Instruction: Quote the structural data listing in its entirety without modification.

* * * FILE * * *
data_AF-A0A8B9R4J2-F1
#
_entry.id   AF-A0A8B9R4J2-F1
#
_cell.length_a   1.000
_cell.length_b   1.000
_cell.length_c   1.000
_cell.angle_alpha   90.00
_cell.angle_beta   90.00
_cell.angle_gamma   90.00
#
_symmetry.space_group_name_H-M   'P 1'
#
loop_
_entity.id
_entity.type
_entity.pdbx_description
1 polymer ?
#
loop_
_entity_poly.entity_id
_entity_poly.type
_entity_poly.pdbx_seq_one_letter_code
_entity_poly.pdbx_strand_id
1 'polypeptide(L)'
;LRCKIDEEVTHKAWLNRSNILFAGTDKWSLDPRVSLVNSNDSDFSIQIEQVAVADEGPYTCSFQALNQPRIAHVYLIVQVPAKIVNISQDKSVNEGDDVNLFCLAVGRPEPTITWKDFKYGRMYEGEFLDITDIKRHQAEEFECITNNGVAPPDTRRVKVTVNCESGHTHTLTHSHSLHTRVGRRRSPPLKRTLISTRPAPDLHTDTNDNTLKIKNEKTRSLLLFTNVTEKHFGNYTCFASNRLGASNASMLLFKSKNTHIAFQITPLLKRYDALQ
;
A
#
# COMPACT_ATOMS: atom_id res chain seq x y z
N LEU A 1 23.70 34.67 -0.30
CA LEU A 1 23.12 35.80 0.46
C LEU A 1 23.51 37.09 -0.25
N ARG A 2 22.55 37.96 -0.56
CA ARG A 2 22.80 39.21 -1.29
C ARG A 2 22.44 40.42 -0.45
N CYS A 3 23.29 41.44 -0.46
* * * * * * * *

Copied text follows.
data_AF-A0A8B9R4J2-F1
#
_entry.id   AF-A0A8B9R4J2-F1
#
_cell.length_a   1.000
_cell.length_b   1.000
_cell.length_c   1.000
_cell.angle_alpha   90.00
_cell.angle_beta   90.00
_cell.angle_gamma   90.00
#
_symmetry.space_group_name_H-M   'P 1'
#
loop_
_entity.id
_entity.type
_entity.pdbx_description
1 polymer ?
#
loop_
_entity_poly.entity_id
_entity_poly.type
_entity_poly.pdbx_seq_one_letter_code
_entity_poly.pdbx_strand_id
1 'polypeptide(L)'
;LRCKIDEEVTHKAWLNRSNILFAGTDKWSLDPRVSLVNSNDSDFSIQIEQVAVADEGPYTCSFQALNQPRIAHVYLIVQVPAKIVNISQDKSVNEGDDVNLFCLAVGRPEPTITWKDFKYGRMYEGEFLDITDIKRHQAEEFECITNNGVAPPDTRRVKVTVNCESGHTHTLTHSHSLHTRVGRRRSPPLKRTLISTRPAPDLHTDTNDNTLKIKNEKTRSLLLFTNVTEKHFGNYTCFASNRLGASNASMLLFKSKNTHIAFQITPLLKRYDALQ
;
A
#
# COMPACT_ATOMS: atom_id res chain seq x y z
N LEU A 1 23.70 34.67 -0.30
CA LEU A 1 23.12 35.80 0.46
C LEU A 1 23.51 37.09 -0.25
N ARG A 2 22.55 37.96 -0.56
CA ARG A 2 22.80 39.21 -1.29
C ARG A 2 22.44 40.42 -0.45
N CYS A 3 23.29 41.44 -0.46